ORIAS Speakers Bureau

Speakers Bureau

What is the ORIAS Speakers Bureau?

The ORIAS Speakers Bureau is a cohort of graduate students who offer 45-minute interactive presentations specifically geared to students from middle school to community college. Each presentation models important skills, such as analysis of texts and use of evidence to build an argument, while also while building global competence. Most presentations are appropriate for multiple grade levels and subjects because they address broad questions while focusing on specific events and topics.


"Diaries of the Night" from Nazi Germany

Speaker: Sloane Nilsen

How can dreams inform us about history?

In 1966, German-Jewish journalist Charlotte Beradt released her magnum opus "The Third Reich of Dreams," a slim book containing over a hundred nightmares she had collected from ordinary Germans who lived in Berlin during the first six years of the Nazi dictatorship (1933-1939). What they demonstrate is a persistent political climate of anxiety and fear that could follow city residents under threat of...

Aesthetics of Geopolitics: Art and Politics of Crisis at the Front Lines of the Taiwan Strait

Speaker: Chris Chan

What is the relation between art and war?

Taiwan and the islands in the Taiwan Strait have increasingly become the locus of heightening geopolitical tensions in the world and the site of a cultural and psychological contestation of the region’s uncertain future. This talk examines how artists, politicians and everyday villagers are mobilized at the front lines of China’s maritime border with Taiwanese-administered islands. Students will be introduced to a...

At Home in the World: Nature Writing through Climate Crises

Speaker: Coryna Ogunseitan

How can we explore our feelings about climate change through creative writing?

As environmental crisis escalates, creative writers across genres are increasingly centering feelings related to climate change in their work. Reading this literature can help us access our feelings of grief or anxiety related to the climate crisis, and can illuminate the ways in which poets guide the way for us to reshape our relationship with the natural world to be one of...

Building the Nation, Building History: Monuments as Tools of Nation-Building in Twentieth-Century Europe

Speaker: Blaze Joel

How do states and ethnic groups use monuments as tools of unity and division in the aftermath of conflict?

All states seek to create a national identity to strengthen their domestic legitimacy. This is especially the case when a state and/or ethnic group undergoes a crisis moment that challenges its national narrative or sense of self. A central way in which nations do this is by commemorating national traumas. Memorials and monuments help to standardize, valorize...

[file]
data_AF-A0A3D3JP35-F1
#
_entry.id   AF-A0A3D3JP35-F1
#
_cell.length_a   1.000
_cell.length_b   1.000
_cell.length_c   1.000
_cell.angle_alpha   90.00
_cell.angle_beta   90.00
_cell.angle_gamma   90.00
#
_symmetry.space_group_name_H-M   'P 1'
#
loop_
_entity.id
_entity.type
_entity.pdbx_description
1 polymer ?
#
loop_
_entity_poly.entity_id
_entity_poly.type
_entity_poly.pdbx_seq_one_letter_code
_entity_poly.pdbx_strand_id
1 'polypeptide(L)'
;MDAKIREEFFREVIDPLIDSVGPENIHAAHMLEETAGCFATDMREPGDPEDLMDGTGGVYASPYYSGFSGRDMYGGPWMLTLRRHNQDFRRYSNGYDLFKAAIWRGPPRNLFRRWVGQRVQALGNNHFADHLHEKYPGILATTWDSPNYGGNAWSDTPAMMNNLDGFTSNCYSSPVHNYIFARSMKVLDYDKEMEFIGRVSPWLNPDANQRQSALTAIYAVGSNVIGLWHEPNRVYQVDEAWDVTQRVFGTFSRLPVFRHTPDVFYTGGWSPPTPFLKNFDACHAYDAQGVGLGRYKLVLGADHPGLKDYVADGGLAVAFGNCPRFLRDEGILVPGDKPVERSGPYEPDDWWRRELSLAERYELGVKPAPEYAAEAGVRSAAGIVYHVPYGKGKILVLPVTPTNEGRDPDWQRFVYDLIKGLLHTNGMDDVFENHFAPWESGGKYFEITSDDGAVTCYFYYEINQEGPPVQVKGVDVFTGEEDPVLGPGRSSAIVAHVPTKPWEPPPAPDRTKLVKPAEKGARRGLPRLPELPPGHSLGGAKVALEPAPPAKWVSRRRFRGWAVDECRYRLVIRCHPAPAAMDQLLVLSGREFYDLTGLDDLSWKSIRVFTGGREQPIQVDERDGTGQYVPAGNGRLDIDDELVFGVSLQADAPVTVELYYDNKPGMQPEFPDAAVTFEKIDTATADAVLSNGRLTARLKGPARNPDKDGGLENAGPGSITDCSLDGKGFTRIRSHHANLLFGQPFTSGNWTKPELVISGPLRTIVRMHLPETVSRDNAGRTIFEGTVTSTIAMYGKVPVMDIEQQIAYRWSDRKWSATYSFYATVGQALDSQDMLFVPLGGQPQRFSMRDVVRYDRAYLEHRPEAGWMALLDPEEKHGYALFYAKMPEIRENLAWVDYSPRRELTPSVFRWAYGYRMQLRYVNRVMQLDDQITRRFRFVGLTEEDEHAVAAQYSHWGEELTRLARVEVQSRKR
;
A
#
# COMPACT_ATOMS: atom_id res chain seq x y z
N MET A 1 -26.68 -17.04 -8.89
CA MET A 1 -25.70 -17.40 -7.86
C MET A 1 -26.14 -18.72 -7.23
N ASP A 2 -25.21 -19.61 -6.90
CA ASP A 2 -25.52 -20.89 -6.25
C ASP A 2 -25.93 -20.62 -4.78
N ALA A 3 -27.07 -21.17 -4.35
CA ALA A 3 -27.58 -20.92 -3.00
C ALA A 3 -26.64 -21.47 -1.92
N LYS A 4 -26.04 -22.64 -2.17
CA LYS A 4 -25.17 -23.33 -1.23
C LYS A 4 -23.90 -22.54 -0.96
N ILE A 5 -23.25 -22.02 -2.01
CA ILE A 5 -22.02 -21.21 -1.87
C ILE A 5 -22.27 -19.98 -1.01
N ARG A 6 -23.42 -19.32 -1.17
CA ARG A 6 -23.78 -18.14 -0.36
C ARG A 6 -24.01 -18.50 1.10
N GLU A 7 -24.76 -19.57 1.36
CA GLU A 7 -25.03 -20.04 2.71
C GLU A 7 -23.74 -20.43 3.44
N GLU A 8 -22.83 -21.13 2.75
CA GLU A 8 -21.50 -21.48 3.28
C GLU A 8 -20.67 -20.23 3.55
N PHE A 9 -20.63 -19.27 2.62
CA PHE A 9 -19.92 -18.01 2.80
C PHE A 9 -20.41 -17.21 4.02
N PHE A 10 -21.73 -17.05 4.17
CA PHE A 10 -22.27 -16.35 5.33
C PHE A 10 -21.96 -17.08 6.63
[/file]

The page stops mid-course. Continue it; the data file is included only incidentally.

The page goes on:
China's Social Credit System: A Case Study in Misinformation

Speaker: Junius Brown

How does China’s “Social Credit System” actually work, and why is there so much misinformation about it?

For the last few years, the internet has been flooded with chilling stories about China’s social credit system. Bloggers, YouTubers, and even seemingly reputable news sources portray a high-tech dystopia in which AI and facial-recognition cameras track citizens’ every move to create a numerical loyalty rating that brings life-changing rewards and...

Climate Justice for U.S. Territories: Islands and Communities

Speaker: Kieren Rudge

How is climate change impacting island territories and how are people responding to those impacts?

As international organizations, national governments, and private entities race to limit emissions and reduce climate change impacts, small island developing states (SIDS) face disproportionately high levels of risk. This is a clear issue of environmental injustice, as these islands are among the lowest producers of greenhouse gasses but are burdened with the greatest impacts. The United...

Contemporary Memory Wars: Lessons for the United States from Eastern Europe

Speaker: Pawel Koscielny

What lessons can we learn from conflicts over monuments in post-communist Germany, Poland, Czechia, and Hungary?

Fights over Civil War monuments in the US have forced Americans to face and try to work through painful, controversial, and profoundly divisive aspects of their collective past. At the same time, history appears increasingly central to public life, with calls to make the nation great again from the Right and to institute a 'Green New Deal' from the Left. Young people may struggle to...